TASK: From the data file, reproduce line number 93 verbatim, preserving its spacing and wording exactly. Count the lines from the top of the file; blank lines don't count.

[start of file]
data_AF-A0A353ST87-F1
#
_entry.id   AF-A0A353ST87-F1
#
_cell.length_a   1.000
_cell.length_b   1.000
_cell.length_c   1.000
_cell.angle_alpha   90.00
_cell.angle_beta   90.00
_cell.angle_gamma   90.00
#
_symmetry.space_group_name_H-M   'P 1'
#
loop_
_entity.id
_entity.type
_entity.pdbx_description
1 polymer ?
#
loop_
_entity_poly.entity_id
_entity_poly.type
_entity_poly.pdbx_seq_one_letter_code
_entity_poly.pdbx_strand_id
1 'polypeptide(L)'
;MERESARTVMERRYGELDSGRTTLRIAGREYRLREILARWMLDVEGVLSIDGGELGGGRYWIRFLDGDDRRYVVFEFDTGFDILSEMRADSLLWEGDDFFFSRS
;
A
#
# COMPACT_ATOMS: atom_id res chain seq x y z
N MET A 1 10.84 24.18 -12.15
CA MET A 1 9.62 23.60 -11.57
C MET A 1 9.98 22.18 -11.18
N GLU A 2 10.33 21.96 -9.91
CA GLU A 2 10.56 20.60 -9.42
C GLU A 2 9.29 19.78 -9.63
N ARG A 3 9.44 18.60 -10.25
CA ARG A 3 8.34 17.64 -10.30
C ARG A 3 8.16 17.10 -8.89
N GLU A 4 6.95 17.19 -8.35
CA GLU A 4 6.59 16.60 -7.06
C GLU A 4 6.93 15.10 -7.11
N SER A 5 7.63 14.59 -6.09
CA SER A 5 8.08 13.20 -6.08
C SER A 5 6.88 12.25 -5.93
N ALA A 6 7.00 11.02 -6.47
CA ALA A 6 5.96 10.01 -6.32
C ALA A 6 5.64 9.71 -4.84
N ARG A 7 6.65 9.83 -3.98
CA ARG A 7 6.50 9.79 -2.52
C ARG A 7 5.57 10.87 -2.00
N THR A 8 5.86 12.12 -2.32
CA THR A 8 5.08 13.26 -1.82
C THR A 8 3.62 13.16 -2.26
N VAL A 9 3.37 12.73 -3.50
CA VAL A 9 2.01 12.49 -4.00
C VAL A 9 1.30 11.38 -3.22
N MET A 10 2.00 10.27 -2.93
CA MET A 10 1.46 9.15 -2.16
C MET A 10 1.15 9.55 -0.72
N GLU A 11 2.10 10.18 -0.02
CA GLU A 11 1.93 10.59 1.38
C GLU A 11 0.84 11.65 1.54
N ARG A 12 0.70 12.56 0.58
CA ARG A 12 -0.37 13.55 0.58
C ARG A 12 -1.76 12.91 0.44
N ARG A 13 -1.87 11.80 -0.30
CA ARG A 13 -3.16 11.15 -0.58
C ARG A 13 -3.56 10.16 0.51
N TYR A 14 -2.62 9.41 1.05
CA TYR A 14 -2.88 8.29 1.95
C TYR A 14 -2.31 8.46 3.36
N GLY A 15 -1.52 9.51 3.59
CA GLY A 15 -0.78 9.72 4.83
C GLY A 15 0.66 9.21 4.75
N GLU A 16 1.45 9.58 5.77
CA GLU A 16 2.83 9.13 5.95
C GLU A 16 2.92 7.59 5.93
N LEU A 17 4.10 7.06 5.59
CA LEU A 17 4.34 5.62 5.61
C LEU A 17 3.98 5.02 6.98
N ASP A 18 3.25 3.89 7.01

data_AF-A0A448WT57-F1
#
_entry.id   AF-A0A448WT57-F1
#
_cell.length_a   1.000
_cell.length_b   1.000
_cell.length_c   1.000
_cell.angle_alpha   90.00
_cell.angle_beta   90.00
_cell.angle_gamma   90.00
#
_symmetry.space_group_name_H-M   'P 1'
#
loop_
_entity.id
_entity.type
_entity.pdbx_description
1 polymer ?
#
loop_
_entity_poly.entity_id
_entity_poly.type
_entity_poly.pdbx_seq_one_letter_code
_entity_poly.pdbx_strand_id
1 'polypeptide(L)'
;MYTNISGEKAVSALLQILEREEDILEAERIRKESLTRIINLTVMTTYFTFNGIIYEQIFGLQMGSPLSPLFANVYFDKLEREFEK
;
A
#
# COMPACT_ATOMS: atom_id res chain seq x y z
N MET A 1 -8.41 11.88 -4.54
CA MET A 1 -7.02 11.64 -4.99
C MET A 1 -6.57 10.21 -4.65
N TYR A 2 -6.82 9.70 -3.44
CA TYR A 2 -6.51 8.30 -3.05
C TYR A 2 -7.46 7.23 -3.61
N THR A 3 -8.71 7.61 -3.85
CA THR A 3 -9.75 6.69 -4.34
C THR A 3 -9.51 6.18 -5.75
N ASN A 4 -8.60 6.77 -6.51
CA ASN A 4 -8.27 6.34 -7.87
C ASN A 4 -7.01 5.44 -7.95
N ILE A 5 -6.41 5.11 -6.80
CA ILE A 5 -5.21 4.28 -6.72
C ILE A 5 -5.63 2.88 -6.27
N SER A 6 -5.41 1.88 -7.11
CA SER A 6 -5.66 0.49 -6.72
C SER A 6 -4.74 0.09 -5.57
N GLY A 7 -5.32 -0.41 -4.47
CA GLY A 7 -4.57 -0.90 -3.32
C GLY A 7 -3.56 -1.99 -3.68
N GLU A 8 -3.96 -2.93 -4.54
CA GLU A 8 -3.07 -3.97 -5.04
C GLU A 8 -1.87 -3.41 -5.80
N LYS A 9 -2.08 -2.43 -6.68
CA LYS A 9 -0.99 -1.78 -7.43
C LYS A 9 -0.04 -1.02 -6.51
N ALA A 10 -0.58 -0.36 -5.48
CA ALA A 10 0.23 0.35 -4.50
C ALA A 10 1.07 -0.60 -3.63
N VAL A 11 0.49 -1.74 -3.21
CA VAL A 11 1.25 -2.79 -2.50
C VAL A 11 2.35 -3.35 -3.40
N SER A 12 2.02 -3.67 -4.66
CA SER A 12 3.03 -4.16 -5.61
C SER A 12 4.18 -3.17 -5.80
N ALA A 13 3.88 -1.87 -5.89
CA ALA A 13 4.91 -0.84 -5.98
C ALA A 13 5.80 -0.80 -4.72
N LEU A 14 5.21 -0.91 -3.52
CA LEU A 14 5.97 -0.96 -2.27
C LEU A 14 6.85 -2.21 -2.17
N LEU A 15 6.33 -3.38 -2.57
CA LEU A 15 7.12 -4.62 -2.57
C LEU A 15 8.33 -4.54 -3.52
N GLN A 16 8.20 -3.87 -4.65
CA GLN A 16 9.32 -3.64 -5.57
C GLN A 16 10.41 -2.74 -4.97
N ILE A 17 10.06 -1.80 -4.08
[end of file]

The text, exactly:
#